I talked for a bit last night with a DCPS teacher about IMPACT. While he expressed some concern about the system, he also said he was proof of it's effectiveness. See, he's a third-year elementary teacher at a struggling school in Northeast. He had twenty kids on IEPs in his class last year--which, along with the extra strife that caused in the classroom, meant hours of added administrative work. This spring, he got a job offer to teach at a school in a wealthy Virginia district--with a guarantee of no more than five IEP students per year and a significant salary bump.
He didn't take the deal. Why? Because he was ranked highly effective this past year and earned himself a $15,000 bonus through IMPACT. That bonus was enough to keep this quality new teacher in a classroom at a needy DCPS school. (A big deal when you note that the trajectory of so many strong teachers is to "put in their time" at an urban school and then slide over to a cushy job in a suburban district, draining our cities of teacher talent.)
So on that front, IMPACT seems to be working.
A few days ago, 206 ?ineffective? or twice-rated ?minimally effective? teachers were dismissed from their positions at the District of Columbia Public Schools thanks to the District's new teacher-evaluation system, IMPACT. As we wrote in yesterday's Gadfly,
D.C.'s terminations over the past two years mark a major milestone: the first time that teachers have been systematically, objectively assessed?and then held to account for their performance. Not even Montgomery County or Cincinnati (both of which are praised for their teacher-eval systems) can boast the rigors or consequences of IMPACT. What's more, IMPACT has survived the Fenty-Gray mayoral shift (and the exit of its architect, Michelle Rhee). It looks like the evaluation system is here to stay.
But should we really be celebrating, as Kevin Carey has asserted, ?the triumph of empiricism?? Not just yet.
Claims that the ?system is working? are, at best, premature and, at worse, detrimental to that very system's future. (Is it no more than a fancy way to axe teachers, the opponents may say?) Tallying the number of educators fired cannot be the gauge for assessing the success or effectiveness of a program like IMPACT. And banners touting the program's success cannot be raised on the basis that all fired teachers are ineffective; that assumption is not necessarily valid.
IMPACT may be a ground-breaking new evaluation system. Still, it's one that needs adjustments and improvements (check out this report from Susan Headden at Ed
Over the past decade, Detroit's population has declined by 25 percent. Since its heyday in 1950, the city has contracted by about 40 percent. (It now sits at about 700,000, making it the 18th most populous city in the country.) Coupled with this exodus is a gang of usual social ills (some causes of the flight, others caused, or exacerbated, by it)?emptied buildings lead to urban decay, companies having difficulty attracting talent leave in search of stronger human-capital pipelines, idle and disaffected youth turn to street gangs for income and worth.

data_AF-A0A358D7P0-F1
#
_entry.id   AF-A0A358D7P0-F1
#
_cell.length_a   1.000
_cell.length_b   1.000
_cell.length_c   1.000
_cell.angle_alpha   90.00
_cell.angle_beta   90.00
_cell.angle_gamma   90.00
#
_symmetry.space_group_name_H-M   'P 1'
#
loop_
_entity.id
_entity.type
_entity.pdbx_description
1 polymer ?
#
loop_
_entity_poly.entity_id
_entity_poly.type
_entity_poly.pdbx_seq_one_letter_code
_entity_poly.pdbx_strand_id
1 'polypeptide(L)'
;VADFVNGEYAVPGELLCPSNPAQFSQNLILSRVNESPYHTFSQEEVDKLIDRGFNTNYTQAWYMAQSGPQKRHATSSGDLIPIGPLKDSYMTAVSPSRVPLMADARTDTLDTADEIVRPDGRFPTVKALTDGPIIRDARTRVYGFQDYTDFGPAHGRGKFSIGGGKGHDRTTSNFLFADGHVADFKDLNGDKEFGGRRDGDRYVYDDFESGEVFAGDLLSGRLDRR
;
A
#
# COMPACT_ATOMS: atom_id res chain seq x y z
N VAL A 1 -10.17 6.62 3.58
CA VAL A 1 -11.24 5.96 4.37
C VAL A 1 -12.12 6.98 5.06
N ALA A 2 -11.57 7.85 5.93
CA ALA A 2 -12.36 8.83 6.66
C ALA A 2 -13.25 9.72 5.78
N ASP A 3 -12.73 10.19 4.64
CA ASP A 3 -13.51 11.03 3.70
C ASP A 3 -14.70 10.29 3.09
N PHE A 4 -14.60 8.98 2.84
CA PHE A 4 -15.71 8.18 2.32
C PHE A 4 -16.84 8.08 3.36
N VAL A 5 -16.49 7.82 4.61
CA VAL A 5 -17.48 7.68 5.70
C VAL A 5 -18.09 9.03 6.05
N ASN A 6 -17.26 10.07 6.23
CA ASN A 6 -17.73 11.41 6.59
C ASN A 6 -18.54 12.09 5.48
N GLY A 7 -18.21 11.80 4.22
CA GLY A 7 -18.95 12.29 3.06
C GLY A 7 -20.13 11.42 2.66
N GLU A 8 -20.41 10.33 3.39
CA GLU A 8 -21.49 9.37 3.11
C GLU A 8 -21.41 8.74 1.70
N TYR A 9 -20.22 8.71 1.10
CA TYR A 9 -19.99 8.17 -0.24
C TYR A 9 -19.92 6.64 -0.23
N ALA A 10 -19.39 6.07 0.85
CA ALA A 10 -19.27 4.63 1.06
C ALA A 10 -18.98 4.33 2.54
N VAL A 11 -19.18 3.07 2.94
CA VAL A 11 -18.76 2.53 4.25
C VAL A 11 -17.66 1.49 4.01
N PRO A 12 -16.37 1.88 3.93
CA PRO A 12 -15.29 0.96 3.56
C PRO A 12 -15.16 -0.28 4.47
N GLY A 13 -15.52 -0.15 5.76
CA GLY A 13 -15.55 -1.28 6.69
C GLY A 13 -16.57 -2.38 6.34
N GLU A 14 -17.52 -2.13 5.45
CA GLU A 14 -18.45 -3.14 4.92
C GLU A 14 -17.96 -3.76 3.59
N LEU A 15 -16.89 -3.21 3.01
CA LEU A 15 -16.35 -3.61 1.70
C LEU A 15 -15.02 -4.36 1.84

And the schools suffer. In Detroit (though this problem isn't unique to Motown), school buildings are only filled to half-capacity. Parents who can have plucked up their children and quickly deposited them in neighboring suburban districts with more resources and better teachers.
Couple these general issues with the particulars that ravage Detroit Public Schools?a long history of corruption among city officials, abysmal student achievement (just look at the latest fourth-grade NAEP results), a steadfast and ridiculously antiquated system (including a hell-bent teacher union)?and you've got the ultimate dog's breakfast.
And things just don't seem to be getting better. Of course, this isn't for a lack of trying. You've got to praise Teach For America, which has recently pushed its way back into Detroit after a union-forced seven year hiatus. Kudos should also go out to the work the Skillman Foundation is doing on the ground in the city, as
For six years, Prince George's County Public Schools, a Maryland district just outside our nation's capital, has aggressively recruited foreign teachers (predominantly from the Philippines) to teach in PG County in order to help the district address its desperate need of Highly Qualified teachers (NCLB-style) in difficult-to-staff areas like science, math, and special education. And the recruiting paid off: Hundreds of foreign national teachers answered the call, in a large part because of the opportunity (heavily underlined by PGCPS recruiters) that a H1-B visa (or ?work visa?) could lead in the long term to a permanent resident status (or ?green card?). Put aside for a moment the problem with attracting teachers via the lure of a potential ?green card? (something the district can in no way ensure). The biggest issue with the program?and why it fell under investigation by the Department of Labor?is that it charged would-be teachers thousands of dollars in illegal fees (for visa processing, placement, attorneys fees, etc.). The Department of Labor called the practice a ?violations of willful nature.?
This DOL investigation (which wrapped up yesterday when PGCPS dropped its appeal) found quite the rat's nest at the program's core. To start, the overseas hiring practices of PG County, while well-intentioned, were completely ill-managed. More importantly, though, PGCPS has effectively condemned hundred of teachers to not only lose their
About the Editor
Michael J. Petrilli
Executive Vice President
Mike Petrilli is one of the nation's foremost education analysts. As executive vice president of the Thomas B. Fordham Institute, he oversees the organization's research projects and publications and contributes to the Flypaper blog and weekly Education Gadfly newsletter.
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